Results from a large meta-analysis showed that after stopping treatment, the excess risk will decrease with time and the time needed to return to baseline depends on the duration of prior HRT use. When HRT was taken for more than 5 years, the risk may persist for 10 years or more.

HRT, especially oestrogen-progestogen combined treatment, increases the density of mammographic images which may adversely affect the radiological detection of breast cancer.

Ovarian cancer

Ovarian cancer is much rarer than breast cancer.

Epidemiological evidence from a large meta-analysis suggests a slightly increased risk in women taking oestrogen-only or combined oestrogen-progestogen HRT, which becomes apparent within 5 years of use and diminishes over time after stopping.

Some other studies including the WHI trial suggest that the use of combined HRTs may be associated with a similar, or slightly smaller, risk (see Section 4.8).

Venous thromboembolism

• HRT is associated with a 1.3-3 fold risk of developing venous thromboembolism (VTE), i.e. deep vein thrombosis or pulmonary embolism. The occurrence of such an event is more likely in the first year of HRT than later (see Section 4.8).

• Patients with known thrombophilic states have an increased risk of VTE and HRT may add to this risk. HRT is therefore contraindicated in these patients (see section 4.3).

• Generally recognised risk factors for VTE include, use of oestrogens, older age, major surgery, prolonged immobilisation, obesity (BMI > 30 kg/m2), pregnancy/postpartum period, systemic lupus erythematosus (SLE), and cancer. There is no consensus about the possible role of varicose veins in VTE. As in all postoperative patients, prophylactic measures need be considered to prevent VTE following surgery. If prolonged immobilisation is to follow elective surgery temporarily stopping HRT 4 to 6 weeks earlier is recommended. Treatment should not be restarted until the woman is completely mobilised.

• In women with no personal history of VTE but with a first degree relative with a history of thrombosis at young age, screening may be offered after careful counselling regarding its limitations (only a proportion of thrombophilic defects are identified by screening). If a thrombophilic defect is identified which segregates with thrombosis in family members or if the defect is 'severe' (e.g, antithrombin, protein S, or protein C deficiencies or a combination of defects)HRT is contraindicated.

• Women already on chronic anticoagulant treatment require careful consideration of the benefit-risk of use of HRT.

• If VTE develops after initiating therapy, the drug should be discontinued. Patients should be told to contact their doctors immediately when they are aware of a potential thromboembolic symptom (e.g. painful swelling of a leg, sudden pain in the chest, dyspnoea).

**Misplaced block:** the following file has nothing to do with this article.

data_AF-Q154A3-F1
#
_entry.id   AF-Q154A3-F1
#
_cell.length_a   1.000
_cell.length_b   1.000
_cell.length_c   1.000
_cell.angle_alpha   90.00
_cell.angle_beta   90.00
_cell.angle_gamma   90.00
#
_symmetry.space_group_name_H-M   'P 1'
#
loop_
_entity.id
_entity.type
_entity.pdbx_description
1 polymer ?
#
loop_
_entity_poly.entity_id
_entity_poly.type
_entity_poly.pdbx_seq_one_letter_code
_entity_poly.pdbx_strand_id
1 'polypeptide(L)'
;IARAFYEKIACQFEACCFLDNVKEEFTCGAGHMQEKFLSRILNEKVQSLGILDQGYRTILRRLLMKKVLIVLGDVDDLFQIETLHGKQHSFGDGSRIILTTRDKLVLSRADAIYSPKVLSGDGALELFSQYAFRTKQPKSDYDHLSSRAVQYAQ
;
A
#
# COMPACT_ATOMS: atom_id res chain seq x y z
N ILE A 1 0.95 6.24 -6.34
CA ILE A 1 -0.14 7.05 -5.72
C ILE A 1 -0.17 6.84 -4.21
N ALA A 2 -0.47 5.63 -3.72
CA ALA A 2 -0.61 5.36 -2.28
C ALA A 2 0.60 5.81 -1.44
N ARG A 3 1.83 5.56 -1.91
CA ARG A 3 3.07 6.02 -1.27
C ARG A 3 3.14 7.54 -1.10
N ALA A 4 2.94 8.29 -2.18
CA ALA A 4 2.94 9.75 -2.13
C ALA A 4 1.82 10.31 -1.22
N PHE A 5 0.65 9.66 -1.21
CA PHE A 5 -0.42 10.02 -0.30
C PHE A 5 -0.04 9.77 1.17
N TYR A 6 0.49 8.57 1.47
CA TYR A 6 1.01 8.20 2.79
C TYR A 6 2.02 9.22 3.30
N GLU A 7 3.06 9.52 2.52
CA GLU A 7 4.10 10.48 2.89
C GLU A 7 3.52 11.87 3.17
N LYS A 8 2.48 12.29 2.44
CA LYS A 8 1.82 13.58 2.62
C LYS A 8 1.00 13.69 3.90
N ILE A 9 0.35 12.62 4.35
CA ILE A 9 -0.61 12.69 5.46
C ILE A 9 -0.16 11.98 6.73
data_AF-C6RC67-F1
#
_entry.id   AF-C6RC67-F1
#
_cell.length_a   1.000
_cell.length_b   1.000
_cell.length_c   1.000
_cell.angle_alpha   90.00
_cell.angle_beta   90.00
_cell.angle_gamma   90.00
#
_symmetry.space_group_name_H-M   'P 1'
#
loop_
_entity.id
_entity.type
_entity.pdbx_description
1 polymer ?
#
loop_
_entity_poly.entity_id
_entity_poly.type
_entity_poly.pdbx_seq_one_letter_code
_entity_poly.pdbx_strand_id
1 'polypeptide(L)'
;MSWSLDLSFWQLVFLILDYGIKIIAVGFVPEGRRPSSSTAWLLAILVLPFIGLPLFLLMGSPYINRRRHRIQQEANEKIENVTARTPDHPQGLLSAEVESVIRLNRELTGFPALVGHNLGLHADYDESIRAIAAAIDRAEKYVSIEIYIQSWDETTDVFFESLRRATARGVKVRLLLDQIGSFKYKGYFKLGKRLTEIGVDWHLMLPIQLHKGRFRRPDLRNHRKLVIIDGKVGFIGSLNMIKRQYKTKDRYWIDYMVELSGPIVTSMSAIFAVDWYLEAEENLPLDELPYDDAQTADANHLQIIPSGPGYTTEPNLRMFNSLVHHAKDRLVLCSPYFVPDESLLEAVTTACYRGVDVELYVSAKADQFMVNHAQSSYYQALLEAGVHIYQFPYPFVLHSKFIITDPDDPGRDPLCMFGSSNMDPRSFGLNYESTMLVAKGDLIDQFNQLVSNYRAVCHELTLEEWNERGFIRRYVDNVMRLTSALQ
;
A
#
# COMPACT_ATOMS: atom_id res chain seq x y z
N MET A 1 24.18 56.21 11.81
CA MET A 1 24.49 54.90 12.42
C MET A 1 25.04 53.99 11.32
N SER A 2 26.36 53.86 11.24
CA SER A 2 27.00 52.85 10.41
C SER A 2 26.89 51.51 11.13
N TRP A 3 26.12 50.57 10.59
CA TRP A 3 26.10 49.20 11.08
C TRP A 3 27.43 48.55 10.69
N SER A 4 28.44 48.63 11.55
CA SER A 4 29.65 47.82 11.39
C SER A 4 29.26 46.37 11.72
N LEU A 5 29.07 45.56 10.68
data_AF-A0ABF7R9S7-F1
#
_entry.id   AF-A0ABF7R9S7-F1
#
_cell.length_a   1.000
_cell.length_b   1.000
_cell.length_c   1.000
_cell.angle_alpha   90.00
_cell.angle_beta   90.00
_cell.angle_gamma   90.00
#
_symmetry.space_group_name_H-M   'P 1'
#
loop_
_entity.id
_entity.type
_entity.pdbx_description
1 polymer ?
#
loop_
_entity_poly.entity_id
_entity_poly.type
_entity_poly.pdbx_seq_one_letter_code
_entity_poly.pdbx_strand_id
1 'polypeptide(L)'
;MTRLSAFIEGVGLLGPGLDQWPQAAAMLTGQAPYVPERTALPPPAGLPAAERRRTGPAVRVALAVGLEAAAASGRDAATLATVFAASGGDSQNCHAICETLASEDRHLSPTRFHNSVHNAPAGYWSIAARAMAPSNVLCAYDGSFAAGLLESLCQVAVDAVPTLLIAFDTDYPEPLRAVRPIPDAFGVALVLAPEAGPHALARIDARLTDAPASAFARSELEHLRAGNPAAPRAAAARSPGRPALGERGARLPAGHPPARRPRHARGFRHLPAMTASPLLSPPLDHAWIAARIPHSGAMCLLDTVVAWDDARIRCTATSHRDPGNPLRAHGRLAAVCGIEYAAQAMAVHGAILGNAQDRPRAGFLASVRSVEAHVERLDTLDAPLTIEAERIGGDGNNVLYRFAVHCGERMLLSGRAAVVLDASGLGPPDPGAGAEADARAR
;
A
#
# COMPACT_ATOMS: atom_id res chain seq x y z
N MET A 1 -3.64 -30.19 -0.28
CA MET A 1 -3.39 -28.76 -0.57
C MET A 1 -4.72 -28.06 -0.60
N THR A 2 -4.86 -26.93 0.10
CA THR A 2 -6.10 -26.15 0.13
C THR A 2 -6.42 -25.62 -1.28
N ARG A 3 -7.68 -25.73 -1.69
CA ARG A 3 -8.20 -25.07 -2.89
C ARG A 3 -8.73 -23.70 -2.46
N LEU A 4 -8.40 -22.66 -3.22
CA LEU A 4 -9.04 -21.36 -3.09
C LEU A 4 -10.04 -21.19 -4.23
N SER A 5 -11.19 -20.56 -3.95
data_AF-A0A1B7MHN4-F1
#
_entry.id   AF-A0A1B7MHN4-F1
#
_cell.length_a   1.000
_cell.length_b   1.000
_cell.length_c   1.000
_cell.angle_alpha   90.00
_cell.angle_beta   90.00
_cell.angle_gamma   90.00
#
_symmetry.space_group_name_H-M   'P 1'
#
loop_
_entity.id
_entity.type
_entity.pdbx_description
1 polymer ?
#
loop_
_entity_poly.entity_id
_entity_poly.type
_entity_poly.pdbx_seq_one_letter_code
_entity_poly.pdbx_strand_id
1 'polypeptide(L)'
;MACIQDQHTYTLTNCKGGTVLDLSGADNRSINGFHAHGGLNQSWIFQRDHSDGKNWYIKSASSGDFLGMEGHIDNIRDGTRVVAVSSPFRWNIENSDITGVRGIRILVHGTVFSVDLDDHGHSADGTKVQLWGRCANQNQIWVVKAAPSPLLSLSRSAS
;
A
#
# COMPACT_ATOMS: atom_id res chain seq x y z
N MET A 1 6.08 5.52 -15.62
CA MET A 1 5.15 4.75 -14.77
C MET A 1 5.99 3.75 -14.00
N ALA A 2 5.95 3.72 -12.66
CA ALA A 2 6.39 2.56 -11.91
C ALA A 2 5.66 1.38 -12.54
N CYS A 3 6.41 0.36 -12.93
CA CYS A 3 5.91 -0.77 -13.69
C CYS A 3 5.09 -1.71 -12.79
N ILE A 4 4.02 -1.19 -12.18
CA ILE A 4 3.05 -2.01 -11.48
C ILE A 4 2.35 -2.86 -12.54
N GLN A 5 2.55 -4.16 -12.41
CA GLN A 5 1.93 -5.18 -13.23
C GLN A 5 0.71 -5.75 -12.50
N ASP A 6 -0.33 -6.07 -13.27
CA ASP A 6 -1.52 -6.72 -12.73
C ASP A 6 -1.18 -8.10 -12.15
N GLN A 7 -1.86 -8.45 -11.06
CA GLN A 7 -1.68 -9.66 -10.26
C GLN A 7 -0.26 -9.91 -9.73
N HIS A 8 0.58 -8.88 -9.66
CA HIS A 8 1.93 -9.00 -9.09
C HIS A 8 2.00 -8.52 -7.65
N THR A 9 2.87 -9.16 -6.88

Coronary artery disease (CAD)

There is no evidence from randomised controlled trials of protection against myocardial infarction in women with or without existing CAD who received combined oestrogen-progestogen or oestrogen-only HRT.

Combined oestrogen-progestogen therapy:

The relative risk of CAD during use of combined oestrogen+progestogen HRT is slightly increased. As the baseline absolute risk of CAD is strongly dependent on age, the number of extra cases of CAD due to oestrogen+progestogen use is very low in healthy women close to menopause, but will rise with more advanced age.


Randomised controlled data found no increased risk of CAD in hysterectomised women using oestrogen-only therapy.

Ischaemic Stroke

Combined oestrogen-progestogen and oestrogen-only therapy are associated with an up to 1.5-fold increase in risk of ischaemic stroke. The relative risk does not change with age or time since menopause. However, as the baseline risk of stroke is strongly age-dependent, the overall risk of stroke in women who use HRT will increase with age (see section 4.8).

Other conditions

• Oestrogens may cause fluid retention, and therefore patients with cardiac or renal dysfunction should be carefully observed.

• Women with pre-existing hypertriglyceridemia should be followed closely during oestrogen replacement or hormone replacement therapy, since rare cases of large increases of plasma triglycerides leading to pancreatitis have been reported with oestrogen therapy in this condition.

• Oestrogens increase thyroid binding globulin (TBG), leading to increased circulating total thyroid hormone, as measured by protein-bound iodine (PBI), T4 levels (by column or by radio-immunoassay) or T3 levels (by radio-immunoassay). T3 resin uptake is decreased, reflecting the elevated TBG. Free T4 and free T3 concentrations are unaltered. Other binding proteins may be elevated in serum, i.e. corticoid binding globulin (CBG), sex- hormone-binding globulin (SHBG) leading to increased circulating corticosteroids and sex steroids, respectively. Free or biological active hormone concentrations are unchanged. Other plasma proteins may be increased (angiotensinogen/renin substrate, alpha-I-antitrypsin, ceruloplasmin).